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groups & projects Tone Dialing
Rigop Me (Evil Rabbit Records 07)

High res picture available upon request.

  the whammies play steve lacy

pillow circles

flatlands collective

jd solo

duo dijkstra-hollenbeck

tone dialing


talking pictures and jd

drones in the bones

trio jd

Jorrit Dijkstra - alto sax, lyricon, analog electronics
Paul Pallesen- guitar, banjo, effects
Steve Heather - drums, percussion, sampler

Tone Dialing’s music has developed into an idiosyncratic language, combining elements of free improvisation, minimalism, and the aesthetics of “glitch” electronica.  The trio originated in 2000 with weekly performances at Amsterdam’s alternative ASCII Internet café – blending their sounds with punk hackers tapping keyboards in the background.  Stretchy chord landscapes, hesitant guitar picks, subtle feedback effects, sampled drum noises, and analog synth textures are the ingredients for Tone Dialing’s trancey interactions. Dijkstra, Pallesen, and Heather’s carefully structured improvisations often develop slowly with a delayed sense of drama, and respect beat and melody as important musical elements.

After the limited edition CDR Elektrodoki (2001), Tone Dialing’s first official CD release Rigop Me (Evil Rabbit Records 07) features Dijkstra on Lyricon and analog synth, Pallesen on guitar and Heather on percussion and samples. This intensely focused document shows the progress of their long-lasting chemistry in six beautiful improvisations.

Saxophonist and Composer Jorrit Dijkstra spent his formative years in Amsterdam’s vibrant improvisation community, before moving to the United States in 2002. He has received the prestigious Podium Prize and has worked with Willem Breuker, Guus Janssen, Benoît Delbecq, Herb Robertson, Barre Phillips, Ikue Mori and Jandek. His current projects include his Flatlands Collective, with leading Chicago improvisers, and an electro-acoustic duo with New York drummer/composer John Hollenbeck. Dijkstra uses analog electronics – including the Lyricon, a vintage electronic wind instrument from the seventies – to extend his already flexible saxophone style. www.jorritdijkstra.com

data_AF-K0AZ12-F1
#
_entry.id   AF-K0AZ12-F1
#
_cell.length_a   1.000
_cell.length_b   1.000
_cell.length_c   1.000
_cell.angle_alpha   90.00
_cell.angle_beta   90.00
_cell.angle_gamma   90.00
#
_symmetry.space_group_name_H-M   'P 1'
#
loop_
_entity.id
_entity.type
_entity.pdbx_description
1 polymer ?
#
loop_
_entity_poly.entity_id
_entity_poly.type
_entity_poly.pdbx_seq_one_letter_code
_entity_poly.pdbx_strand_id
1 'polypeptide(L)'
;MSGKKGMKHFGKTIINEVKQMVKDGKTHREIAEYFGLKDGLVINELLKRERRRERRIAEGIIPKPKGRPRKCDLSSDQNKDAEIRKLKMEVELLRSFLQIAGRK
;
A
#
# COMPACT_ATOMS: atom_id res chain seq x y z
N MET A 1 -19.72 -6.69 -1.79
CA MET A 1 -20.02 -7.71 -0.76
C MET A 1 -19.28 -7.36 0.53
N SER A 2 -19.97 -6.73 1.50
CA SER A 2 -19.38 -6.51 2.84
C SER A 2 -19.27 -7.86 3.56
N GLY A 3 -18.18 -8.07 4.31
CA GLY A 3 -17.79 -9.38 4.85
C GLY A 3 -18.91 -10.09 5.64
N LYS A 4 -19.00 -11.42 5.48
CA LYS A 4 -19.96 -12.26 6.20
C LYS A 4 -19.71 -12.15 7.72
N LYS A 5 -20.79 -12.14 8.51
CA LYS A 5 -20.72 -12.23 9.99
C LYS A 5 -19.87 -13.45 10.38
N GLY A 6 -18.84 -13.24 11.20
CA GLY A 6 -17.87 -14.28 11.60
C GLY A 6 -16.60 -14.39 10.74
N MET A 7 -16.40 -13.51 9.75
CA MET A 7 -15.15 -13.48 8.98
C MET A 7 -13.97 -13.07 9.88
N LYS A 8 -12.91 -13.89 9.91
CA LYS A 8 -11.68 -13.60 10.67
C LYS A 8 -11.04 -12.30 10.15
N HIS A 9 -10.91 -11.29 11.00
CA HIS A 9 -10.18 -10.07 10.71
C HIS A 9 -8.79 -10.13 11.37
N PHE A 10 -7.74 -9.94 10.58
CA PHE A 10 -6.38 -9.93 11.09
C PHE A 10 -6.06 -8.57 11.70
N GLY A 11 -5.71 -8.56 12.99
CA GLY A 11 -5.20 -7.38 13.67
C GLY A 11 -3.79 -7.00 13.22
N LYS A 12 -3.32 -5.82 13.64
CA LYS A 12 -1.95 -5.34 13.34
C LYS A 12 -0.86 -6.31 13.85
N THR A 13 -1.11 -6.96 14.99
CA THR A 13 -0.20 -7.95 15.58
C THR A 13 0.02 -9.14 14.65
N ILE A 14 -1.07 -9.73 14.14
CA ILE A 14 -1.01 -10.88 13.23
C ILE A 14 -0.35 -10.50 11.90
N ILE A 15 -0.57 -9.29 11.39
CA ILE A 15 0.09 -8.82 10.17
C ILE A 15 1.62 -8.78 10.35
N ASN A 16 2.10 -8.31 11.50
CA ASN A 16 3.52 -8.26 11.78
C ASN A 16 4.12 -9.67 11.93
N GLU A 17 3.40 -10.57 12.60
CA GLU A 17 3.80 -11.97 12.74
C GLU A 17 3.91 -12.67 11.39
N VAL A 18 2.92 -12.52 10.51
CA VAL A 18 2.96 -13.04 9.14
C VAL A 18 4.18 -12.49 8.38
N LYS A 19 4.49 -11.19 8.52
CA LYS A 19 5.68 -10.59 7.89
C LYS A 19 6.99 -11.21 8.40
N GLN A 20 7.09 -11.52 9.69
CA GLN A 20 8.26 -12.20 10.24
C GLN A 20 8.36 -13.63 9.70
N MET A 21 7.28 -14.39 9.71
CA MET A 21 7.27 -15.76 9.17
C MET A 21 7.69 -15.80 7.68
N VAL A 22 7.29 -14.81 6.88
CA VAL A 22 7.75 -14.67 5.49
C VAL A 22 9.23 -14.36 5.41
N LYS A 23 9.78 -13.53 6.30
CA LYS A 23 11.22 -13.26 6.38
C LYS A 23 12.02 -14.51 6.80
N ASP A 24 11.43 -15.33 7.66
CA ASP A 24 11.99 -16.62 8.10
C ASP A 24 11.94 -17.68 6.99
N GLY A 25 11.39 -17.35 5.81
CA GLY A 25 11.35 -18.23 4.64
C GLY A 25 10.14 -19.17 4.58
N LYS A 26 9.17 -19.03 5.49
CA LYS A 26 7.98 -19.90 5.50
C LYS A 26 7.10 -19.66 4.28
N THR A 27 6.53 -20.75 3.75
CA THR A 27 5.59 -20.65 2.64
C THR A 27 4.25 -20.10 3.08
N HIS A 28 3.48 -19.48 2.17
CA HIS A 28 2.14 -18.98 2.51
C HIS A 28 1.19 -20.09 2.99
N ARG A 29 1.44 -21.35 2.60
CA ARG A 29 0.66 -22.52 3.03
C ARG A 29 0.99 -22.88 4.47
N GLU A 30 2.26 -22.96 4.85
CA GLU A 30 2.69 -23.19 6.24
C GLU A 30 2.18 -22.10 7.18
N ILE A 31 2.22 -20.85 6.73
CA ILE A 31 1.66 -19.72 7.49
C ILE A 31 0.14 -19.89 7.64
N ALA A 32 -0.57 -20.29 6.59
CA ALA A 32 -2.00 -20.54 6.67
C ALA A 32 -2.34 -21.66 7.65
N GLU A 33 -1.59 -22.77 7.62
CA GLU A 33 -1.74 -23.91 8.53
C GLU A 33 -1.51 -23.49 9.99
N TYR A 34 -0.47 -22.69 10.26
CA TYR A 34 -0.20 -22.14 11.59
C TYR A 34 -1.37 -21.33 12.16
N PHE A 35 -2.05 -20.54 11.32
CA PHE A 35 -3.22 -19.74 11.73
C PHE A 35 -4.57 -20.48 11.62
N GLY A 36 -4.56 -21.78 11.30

Paul Pallesen counts as one of Holland's biggest guitar anti-heroes. He somehow balances a quiet reserve with a broad emotional range. Apart from being a deeply-rooted improvisor, he is a master in African guitar traditions and Celtic folk banjo styles. He composes for his own folk-improv group Bite the Gnatze and plays in the Astronotes and the Gravitones. He has worked in theater productions and with many figures in the Amsterdam improvisation scene, including Cor Fuhler, Jaap Blonk, Wilbert de Joode, and Martin van Duynhoven. http://home.planet.nl/~pallesen.p/

Australian percussionist Steve Heather left Melbourne for Amsterdam in 1994, and currently lives in Berlin. His huge dynamic range, combined with his precise sense of groove, make him one of those drummers that are so hard to find. Apart from his junkyard drum set he uses the percussive qualities of cactuses, chopsticks, shells, and mushroom boxes in combination with a sampler triggered by his drumset. He has worked with Martin Siewert, Boris Hauf, Toby Delius, Jon Rose, Cor Fuhler, Andy Moor, and Axel Dörner, among others. http://www.myspace.com/steveheather 

Photo: Henriette Lohman

Tone Dialing Live Amsterdam Zaal 100 January 9, 2008. Video by Frank Rosaly:

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